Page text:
December 31, 2013.

This blog is now closed. After three years and 311 posts, I have decided to end this blog. I have enjoyed watching the films, reviewing them, and interacting with global readers.

If you are interested in contacting me, you can do so by commenting on any of the posts. The blog will remain live on the web.
Thank you to all the readers for your comments, ideas, and thoughts. They were helpful, stimulating, and enriching. This is Alene, signing off.

May 3, 2013

Oblivion (2013)

When it’s over, one viewing just wasn’t enough. I felt I needed a second viewing to help me fill in the blanks. I was left with questions unanswered, and at some parts, confused. Tom Cruise is Jack Harper, an individual assigned to remain on earth to secure its resources for the humans that have relocated to Titan, a colony on Saturn. With the help of his partner, Victoria (Andrea Riseborough), Harper spends his days fixing drones, defending the water supply from the aliens, known as Scabs, and having dreams about a woman named Julia (Olga Kurylenko), who he does not know. All is not what it seems for Harper or for the audience. Since, this film was built on its surprises, I will not divulge any examples that may be spoilers. Contrary to some viewers, I did not feel the story was predictable. In fact, I had no preconception of how the film would end. I was surprised by some of the plot twists, and not completely satisfied with some of them, in particular, the ending and who Sally really was. The film felt a lot like a “part two” of a trilogy, because there were events leading up to Oblivion that I wished I knew more details about prior to going into the film, such as how the Scabs arrived, and are there more than 52 Jack Harpers, and the origin of Sally.  Running just over two hours seemed too short for a story that was comprised of multiple mini-stories, and too long for a sci-fi love story with more flashbacks/dreams than it really needed. The flashbacks were the culprit for disrupted pacing. A few flashbacks in the beginning were necessary, but as they continued to resurface, the scenes began to drag. The chemistry between Harper and Julia wasn’t there. They looked awkward together. They didn’t look like a couple in love, past or present.  I think if the female roles were flipped – Riseborough as Julia and Kurylenko as Victoria – it would have worked better. A few things I liked about Oblivion was its visual awesomeness, like an IMAX film. The cool tech stuff, the “I gotta have one” helicopter/plane/giant touch screen table, and the house in the clouds. The pool in the sky was sheer genius. The stunning visuals successfully put me in the film. Oblivion had an intriguing concept, leaving me wanting to know more, and because of this desire, I can’t wait to read the graphic novel by Director Joseph Kosinski, which the film was based on. Not a fantastic film, but worth a viewing, just for the visuals alone.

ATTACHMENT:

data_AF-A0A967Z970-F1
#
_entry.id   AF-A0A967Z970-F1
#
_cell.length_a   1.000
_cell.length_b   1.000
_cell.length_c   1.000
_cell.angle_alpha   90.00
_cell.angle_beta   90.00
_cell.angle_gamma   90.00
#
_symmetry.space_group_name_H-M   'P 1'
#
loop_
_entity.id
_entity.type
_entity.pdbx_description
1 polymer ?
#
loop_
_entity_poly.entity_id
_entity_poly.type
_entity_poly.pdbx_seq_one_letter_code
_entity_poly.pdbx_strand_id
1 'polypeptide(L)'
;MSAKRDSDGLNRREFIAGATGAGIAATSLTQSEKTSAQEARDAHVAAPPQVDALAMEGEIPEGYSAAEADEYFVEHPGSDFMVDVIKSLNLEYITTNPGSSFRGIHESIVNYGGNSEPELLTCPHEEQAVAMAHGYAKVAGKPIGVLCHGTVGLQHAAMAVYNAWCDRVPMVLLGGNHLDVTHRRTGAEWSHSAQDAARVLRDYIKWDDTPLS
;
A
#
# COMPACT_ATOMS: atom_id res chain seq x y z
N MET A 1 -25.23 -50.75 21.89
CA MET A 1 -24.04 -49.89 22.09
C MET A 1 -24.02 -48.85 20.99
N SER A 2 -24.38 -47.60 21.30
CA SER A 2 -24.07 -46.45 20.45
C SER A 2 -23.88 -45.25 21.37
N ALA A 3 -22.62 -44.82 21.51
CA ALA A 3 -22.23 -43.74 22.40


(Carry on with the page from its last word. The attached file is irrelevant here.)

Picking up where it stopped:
My rating:  3.5 out of 5

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